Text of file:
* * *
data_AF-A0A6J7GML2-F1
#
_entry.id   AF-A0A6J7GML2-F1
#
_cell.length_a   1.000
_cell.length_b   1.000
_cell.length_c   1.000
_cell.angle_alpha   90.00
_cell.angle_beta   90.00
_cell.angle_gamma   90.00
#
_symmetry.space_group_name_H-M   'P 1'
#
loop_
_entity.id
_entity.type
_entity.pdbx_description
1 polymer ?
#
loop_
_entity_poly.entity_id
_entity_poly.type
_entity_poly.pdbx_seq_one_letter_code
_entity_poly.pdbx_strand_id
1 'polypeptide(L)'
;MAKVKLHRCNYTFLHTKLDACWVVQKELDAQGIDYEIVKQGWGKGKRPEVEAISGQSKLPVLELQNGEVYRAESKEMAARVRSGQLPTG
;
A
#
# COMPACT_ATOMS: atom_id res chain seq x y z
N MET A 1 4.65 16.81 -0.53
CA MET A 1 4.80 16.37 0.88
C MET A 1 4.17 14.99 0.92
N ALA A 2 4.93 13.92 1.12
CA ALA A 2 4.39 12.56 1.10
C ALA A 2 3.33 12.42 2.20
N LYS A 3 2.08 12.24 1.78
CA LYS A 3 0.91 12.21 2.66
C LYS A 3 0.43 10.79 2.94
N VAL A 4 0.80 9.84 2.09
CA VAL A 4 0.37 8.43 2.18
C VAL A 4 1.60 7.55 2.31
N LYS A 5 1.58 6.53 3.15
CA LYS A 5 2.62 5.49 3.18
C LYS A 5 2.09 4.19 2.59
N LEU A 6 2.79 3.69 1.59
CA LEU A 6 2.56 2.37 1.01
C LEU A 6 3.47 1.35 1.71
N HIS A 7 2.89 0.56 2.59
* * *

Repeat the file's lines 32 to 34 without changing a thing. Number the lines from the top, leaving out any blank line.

CA MET A 1 4.80 16.37 0.88
C MET A 1 4.17 14.99 0.92
N ALA A 2 4.93 13.92 1.12